“Something Extraordinary,” Ensign, Mar. 1992, 51
Relief Society. The name evokes as many images as there are women, eras, and countries. But regardless of time or place, Relief Society has meant sisters lifting one another spiritually, loving and taking care of one another, and absorbing insight and inspiration from other women headed in the same direction.
At the first meeting of the Relief Society, President Emma Smith stated, with no small amount of vision: “We are going to do something extraordinary.”1 What has transpired through the past 150 years has been nothing short of extraordinary. And women have responded magnificently to a multitude of pressing calls.
In Czechoslovakia, during years the Church was not recognized there, a young Relief Society leader typed the entire Doctrine and Covenants so that sisters could have “scriptures,” since it was unlawful for religious books to be brought into the country.
A young Relief Society president in a Salt Lake City singles ward had repeated promptings one evening to visit a ward member. When she went to the girl’s apartment, she found her nearly incoherent from potentially fatal internal bleeding. She and a friend rushed the girl to the hospital, where emergency surgery was performed and the girl’s life was spared.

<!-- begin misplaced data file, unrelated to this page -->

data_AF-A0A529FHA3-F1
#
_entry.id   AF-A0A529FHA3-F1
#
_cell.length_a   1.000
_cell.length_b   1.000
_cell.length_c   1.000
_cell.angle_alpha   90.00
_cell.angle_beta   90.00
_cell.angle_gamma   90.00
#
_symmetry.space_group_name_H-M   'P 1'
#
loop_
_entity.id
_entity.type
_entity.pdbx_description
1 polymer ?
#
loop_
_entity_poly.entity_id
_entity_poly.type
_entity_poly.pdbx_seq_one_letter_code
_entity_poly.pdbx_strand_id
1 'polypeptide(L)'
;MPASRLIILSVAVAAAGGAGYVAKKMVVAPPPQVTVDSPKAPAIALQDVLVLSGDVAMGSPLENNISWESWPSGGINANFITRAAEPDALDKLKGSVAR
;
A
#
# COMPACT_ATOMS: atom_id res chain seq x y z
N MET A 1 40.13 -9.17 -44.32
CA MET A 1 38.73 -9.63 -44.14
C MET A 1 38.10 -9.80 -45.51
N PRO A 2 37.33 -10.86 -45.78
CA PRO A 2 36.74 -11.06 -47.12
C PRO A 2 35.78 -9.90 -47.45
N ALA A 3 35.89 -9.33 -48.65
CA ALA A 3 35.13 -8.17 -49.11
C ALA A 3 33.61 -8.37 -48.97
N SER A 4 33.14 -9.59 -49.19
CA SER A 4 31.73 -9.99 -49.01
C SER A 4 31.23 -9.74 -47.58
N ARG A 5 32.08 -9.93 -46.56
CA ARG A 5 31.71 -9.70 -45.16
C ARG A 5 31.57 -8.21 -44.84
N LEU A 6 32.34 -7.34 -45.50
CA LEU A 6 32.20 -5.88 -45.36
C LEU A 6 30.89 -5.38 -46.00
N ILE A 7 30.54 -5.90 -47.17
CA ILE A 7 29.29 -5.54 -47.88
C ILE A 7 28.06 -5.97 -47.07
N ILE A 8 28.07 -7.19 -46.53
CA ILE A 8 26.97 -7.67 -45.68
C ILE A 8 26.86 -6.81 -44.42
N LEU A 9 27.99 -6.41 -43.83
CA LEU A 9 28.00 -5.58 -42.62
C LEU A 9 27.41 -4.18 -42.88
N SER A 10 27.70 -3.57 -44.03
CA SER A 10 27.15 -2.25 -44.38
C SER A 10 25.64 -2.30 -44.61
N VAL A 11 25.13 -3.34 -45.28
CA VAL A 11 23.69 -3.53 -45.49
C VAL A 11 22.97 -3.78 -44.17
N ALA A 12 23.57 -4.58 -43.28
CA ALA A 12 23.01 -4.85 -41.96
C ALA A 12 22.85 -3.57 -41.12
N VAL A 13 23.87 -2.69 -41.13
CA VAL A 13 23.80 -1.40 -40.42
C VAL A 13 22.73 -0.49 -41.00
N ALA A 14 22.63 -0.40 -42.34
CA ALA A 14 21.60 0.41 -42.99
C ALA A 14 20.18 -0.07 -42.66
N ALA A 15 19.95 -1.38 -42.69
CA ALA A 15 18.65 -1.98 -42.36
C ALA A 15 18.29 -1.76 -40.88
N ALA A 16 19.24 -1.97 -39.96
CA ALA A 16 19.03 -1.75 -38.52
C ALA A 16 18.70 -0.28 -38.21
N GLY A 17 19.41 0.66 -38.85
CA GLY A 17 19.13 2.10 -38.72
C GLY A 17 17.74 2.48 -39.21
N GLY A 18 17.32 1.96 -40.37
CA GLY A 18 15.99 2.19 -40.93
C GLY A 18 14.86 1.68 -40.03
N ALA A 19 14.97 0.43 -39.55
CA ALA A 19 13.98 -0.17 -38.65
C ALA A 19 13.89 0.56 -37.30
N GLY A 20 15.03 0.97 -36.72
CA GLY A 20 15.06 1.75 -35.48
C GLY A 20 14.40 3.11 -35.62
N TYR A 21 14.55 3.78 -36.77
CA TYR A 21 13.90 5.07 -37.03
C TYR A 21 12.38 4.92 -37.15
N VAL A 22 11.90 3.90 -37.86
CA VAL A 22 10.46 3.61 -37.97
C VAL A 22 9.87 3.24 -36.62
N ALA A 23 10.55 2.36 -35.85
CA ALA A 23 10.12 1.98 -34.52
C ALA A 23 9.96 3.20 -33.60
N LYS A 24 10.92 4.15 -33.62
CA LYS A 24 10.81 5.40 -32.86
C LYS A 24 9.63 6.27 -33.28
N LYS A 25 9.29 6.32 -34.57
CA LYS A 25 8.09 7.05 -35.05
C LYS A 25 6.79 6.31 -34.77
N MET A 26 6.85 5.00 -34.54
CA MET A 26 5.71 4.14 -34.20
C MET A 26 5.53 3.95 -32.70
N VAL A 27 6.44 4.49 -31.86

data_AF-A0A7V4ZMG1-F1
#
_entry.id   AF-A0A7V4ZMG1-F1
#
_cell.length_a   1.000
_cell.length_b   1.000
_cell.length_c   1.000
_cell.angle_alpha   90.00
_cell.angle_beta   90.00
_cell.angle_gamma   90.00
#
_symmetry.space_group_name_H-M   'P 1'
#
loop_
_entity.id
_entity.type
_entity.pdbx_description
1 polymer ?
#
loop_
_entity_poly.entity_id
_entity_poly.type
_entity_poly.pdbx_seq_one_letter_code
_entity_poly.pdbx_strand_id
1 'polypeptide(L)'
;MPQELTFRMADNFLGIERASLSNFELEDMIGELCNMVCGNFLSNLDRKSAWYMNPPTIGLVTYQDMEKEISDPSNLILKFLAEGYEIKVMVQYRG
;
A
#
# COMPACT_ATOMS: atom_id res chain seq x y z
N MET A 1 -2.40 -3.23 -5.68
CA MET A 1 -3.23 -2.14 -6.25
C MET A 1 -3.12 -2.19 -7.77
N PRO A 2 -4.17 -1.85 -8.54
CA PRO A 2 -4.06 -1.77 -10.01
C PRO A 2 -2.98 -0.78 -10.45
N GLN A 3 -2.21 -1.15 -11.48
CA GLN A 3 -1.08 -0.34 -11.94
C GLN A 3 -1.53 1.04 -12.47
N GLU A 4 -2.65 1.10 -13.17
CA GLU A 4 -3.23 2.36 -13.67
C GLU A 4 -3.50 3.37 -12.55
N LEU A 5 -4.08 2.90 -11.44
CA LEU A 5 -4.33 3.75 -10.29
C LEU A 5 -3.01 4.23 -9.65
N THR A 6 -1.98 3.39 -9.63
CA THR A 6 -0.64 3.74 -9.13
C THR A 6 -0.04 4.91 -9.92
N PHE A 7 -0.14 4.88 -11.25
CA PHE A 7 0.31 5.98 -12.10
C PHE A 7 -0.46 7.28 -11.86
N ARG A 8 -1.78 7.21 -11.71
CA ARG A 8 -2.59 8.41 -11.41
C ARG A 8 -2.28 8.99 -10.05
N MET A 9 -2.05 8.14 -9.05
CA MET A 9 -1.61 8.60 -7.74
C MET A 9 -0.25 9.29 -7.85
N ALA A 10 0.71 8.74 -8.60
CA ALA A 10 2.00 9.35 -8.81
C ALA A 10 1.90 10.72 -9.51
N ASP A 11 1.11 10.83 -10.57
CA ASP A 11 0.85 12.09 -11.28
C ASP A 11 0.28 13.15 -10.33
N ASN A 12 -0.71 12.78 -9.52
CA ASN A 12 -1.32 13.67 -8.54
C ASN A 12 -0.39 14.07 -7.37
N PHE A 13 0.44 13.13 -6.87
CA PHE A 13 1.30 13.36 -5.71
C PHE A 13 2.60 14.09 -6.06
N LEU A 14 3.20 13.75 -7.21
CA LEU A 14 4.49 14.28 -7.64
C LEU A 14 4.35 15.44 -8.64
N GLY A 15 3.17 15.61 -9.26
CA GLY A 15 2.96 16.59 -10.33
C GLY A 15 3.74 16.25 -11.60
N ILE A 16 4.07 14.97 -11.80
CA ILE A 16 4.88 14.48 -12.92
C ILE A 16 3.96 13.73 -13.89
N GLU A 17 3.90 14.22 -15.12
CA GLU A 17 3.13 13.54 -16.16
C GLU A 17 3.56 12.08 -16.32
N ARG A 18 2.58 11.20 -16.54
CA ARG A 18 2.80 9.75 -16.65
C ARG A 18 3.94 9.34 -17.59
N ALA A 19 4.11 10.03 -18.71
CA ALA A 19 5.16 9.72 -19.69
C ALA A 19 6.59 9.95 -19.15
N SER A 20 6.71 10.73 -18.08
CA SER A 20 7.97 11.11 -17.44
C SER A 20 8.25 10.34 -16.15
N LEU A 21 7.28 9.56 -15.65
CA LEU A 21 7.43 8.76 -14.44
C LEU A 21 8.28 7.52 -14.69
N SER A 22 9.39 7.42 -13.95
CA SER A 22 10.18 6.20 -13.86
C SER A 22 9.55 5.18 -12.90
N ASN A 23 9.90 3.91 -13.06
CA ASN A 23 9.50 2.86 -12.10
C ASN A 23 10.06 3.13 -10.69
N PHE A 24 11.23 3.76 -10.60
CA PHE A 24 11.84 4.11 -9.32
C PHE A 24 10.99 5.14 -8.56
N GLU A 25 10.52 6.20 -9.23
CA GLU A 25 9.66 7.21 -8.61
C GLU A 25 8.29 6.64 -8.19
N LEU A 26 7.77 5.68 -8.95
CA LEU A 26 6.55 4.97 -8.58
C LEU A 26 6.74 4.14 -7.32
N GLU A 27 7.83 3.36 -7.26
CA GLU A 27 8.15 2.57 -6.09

In a ward in Saipan where women speak thirteen different languages, the Relief Society president has dealt with language barriers by assigning different parts of the lesson to be taught in their own languages by different women—so everyone understands at least part of the message.
Chieko N. Okazaki, now first counselor in the Relief Society general presidency, was reared as the daughter of a Buddhist plantation laborer in Hawaii. She tells of her first encounter with Relief Society as a young girl:
“I knew there was one meeting with all of the ladies—wonderful, loving Hawaiian women who took care of me at church. That meeting was Relief Society. They ministered to me like angels.” She has since mused, “I wonder if I would be here today, serving in this presidency, if those wonderful Hawaiian sisters had not opened their arms to a shy Japanese girl and welcomed me.”
Relief Society spans the globe and represents women who come in every age, shape, and color; whose cultures, languages, and life experiences are as different as their values and beliefs are the same.
Throughout the world, other women’s organizations have come and gone. But if anything, the relevance of Relief Society in the lives of women and its importance to the Church are greater today than ever. Why has Relief Society—now the largest and oldest women’s organization in the world—flourished during 150 years in a world of change, upheaval, and transition?